Everyone at 4WD24/7 has put their heads together as a group including all our friends that tag along 4WD driving with us and we reckon we’re experts even professionals you might say in the field of getting bogged.

top 5 recoveries

UNTOLD STORIES from our top 5 recoveries! What REALLY happened behind the scenes!

We can get bogged pretty much anywhere, all around Australia. 12 months of the year you can bet that one of us will be bogged at some point. Now getting bogged that often means you also get extremely good at recovering yourself, we have done some recoveries around Australia that we have thought to ourselves at the time how on earth are we going to get out of this one.

So we put our heads together and we have come up with our five best recoveries from recent times, now we're going to count them down from five through to one and we won't let the cat out of the bag just yet but number one is probably the only time in maybe a decade that we seriously thought we may have to abandon the vehicle we'll get to number one in a minute let's start the countdown number five let's get stuck into.


stuck camera car yalwal

Number five recovery top of the list here starts in Yalwal, New South Wales. We love this part of the world for one reason it home to some of our favourite low range 4WD tracks and guessing what it is none other than Monkey Gum.

It was on our way to monkey gum that we encountered an obstacle that wasn't supposed to be there, the access track to Yalwal is actually a two-wheel drive track. Early in the morning we were all heading out to start Monkey Gum unbeknown to us a bridge had been washed away causing a massive erosion hole and there was no way around it.

Once in the bog hole of course there were a couple of different line choices but none of them worked the only way out was to go directly up that very steep bank, I reckon we need to engage the Runva winch put a hell of a load on the winch but the old Runva did it without blinking.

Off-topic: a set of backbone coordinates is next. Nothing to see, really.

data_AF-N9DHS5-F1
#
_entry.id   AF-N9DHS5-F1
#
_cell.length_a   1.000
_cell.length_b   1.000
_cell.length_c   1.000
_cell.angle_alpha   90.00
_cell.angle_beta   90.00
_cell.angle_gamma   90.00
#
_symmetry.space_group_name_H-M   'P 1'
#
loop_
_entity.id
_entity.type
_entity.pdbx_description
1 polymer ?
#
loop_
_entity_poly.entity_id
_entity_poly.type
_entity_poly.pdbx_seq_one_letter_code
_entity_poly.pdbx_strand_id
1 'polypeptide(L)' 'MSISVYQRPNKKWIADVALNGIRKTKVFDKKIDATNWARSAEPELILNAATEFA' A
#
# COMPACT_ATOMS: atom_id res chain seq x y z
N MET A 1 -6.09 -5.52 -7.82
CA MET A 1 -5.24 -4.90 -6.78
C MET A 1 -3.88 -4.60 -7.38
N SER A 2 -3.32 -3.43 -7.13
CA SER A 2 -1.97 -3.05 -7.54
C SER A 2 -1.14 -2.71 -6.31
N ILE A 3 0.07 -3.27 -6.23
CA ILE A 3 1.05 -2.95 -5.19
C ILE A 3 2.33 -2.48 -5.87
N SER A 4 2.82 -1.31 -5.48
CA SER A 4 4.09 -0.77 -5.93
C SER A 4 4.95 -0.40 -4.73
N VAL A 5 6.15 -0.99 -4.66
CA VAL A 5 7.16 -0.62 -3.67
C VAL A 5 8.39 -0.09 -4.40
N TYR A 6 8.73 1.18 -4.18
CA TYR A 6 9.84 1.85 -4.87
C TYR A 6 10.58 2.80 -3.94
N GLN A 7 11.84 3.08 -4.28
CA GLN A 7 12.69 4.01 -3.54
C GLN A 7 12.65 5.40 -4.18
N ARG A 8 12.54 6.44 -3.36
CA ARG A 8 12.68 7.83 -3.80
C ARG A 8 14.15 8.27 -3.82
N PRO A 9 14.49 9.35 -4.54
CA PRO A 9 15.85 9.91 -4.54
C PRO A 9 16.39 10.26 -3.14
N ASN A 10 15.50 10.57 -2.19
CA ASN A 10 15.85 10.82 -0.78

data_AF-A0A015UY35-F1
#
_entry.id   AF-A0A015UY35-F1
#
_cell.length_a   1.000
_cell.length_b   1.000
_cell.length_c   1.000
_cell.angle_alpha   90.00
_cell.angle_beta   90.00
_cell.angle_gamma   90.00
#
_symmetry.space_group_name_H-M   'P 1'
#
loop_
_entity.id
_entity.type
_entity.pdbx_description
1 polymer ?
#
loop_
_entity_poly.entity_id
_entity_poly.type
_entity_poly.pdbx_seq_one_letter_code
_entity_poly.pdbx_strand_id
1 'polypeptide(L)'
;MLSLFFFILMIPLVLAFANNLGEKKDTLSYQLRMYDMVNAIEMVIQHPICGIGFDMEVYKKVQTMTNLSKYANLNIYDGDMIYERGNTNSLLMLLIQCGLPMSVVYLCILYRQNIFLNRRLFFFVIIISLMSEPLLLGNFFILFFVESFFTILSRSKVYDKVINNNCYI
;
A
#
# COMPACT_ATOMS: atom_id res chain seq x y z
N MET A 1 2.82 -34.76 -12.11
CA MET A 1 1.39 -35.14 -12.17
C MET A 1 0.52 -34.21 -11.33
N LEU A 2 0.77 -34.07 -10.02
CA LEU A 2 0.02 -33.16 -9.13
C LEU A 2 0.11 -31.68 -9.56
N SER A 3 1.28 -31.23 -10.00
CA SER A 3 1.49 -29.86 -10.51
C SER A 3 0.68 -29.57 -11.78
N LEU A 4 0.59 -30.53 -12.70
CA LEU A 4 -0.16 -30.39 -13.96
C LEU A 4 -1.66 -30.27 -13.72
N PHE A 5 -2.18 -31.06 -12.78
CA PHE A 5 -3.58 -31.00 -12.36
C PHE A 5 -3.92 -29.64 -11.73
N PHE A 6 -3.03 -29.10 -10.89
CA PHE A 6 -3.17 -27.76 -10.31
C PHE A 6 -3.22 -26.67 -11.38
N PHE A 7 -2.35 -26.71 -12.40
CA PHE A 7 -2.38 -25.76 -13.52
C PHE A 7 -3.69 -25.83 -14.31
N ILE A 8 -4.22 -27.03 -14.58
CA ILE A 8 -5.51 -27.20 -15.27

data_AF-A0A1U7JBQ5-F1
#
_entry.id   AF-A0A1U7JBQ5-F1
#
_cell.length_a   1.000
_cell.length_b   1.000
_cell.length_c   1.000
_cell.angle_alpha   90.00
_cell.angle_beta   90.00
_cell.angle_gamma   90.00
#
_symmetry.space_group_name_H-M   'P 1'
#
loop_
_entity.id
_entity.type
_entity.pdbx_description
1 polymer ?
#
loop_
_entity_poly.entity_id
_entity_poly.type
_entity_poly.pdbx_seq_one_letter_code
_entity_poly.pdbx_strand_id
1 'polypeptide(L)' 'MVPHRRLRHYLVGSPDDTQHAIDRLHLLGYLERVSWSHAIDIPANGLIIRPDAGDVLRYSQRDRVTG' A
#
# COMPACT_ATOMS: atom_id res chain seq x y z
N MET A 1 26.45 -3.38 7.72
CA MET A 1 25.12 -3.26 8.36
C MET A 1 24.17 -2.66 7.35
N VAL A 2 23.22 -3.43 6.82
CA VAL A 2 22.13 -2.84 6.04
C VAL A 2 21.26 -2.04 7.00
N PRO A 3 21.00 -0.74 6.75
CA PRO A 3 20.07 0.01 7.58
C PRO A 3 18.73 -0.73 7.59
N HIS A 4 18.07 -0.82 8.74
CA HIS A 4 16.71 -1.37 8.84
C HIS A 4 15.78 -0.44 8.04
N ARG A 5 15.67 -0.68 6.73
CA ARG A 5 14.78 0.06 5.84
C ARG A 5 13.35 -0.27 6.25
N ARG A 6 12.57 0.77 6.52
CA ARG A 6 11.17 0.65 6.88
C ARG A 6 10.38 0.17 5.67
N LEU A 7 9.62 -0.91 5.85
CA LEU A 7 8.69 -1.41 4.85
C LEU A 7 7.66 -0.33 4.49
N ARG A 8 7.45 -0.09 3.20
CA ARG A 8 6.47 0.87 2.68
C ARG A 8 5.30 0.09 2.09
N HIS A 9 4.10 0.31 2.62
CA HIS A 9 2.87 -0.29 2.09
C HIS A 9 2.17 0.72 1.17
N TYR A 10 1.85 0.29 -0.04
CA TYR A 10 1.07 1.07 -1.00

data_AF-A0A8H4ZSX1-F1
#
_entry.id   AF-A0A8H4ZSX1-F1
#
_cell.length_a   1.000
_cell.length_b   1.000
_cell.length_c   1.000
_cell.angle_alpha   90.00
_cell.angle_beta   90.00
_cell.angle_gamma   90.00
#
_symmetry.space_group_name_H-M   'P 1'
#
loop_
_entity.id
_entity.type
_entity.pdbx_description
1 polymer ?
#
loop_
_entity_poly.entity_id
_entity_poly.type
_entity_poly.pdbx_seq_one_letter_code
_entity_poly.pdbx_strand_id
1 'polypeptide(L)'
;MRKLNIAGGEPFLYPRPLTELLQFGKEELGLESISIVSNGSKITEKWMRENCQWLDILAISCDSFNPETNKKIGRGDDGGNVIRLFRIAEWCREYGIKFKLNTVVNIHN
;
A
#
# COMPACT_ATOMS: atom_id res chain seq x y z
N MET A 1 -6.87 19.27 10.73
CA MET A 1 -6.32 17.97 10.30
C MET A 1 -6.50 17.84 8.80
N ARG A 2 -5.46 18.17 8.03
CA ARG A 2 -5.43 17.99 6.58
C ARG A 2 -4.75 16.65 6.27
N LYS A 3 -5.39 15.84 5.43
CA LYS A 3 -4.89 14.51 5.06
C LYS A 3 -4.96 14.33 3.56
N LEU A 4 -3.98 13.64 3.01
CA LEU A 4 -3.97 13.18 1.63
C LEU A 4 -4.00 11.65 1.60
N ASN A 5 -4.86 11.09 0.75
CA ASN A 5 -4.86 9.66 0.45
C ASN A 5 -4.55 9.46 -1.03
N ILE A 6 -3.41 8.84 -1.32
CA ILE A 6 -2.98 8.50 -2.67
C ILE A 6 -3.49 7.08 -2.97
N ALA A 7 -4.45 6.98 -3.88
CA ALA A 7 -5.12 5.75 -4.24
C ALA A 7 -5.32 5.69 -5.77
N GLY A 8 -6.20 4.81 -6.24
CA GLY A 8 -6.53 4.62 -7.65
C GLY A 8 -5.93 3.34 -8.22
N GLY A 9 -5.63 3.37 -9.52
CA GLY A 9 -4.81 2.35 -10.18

burnt car recovery

Number Four of our top five countdown recoveries this one took place in the glass house mountains; we had a fantastic idea that we try and get a whole bunch of people together and get rid of as much rubbish out of the glass house mountains as we possibly could, and it was a huge success we moved mountains of rubbish out of there.

It was on one of the main access tracks that we found an old burnt out car it was a real eyesore and it was right on the main track into some of the best tracks in the glass house so we thought why don't we get rid of it the idea being to clear it out of the way and take it to the scrap heap nearby.

Logistically it was always going to be very difficult to remove that vehicle without a crane and all the associated bits and pieces that most people would use but we came up with a fantastic idea we get the car trailer that Jesse owns we try use the Runva to winch it onto the car trailer. Shaun and Graham try and get some static ropes, winch ropes, winch ring and soft shackles to lift this vehicle up.

We just have to lift the car up probably on a 45, the car trailer had to be reverse car trailer under the burnt out car with pinpoint accuracy we then lowered that old car down onto the car trailer ratcheted it down and in one of the more bizarre recoveries we've ever done. we managed to get all of that junk plus that car body out of the glass house mountains


tasmania sooty graham shauno rueben

Number Three on our top five countdown recoveries, this one took place in Tasmania on a very very little-known track Pyengana, we've driven it once before back in the day we made it through but we had to sleep on the track we broke a couple of snap straps, we broke some winch cables it really was an absolute epic to get through it.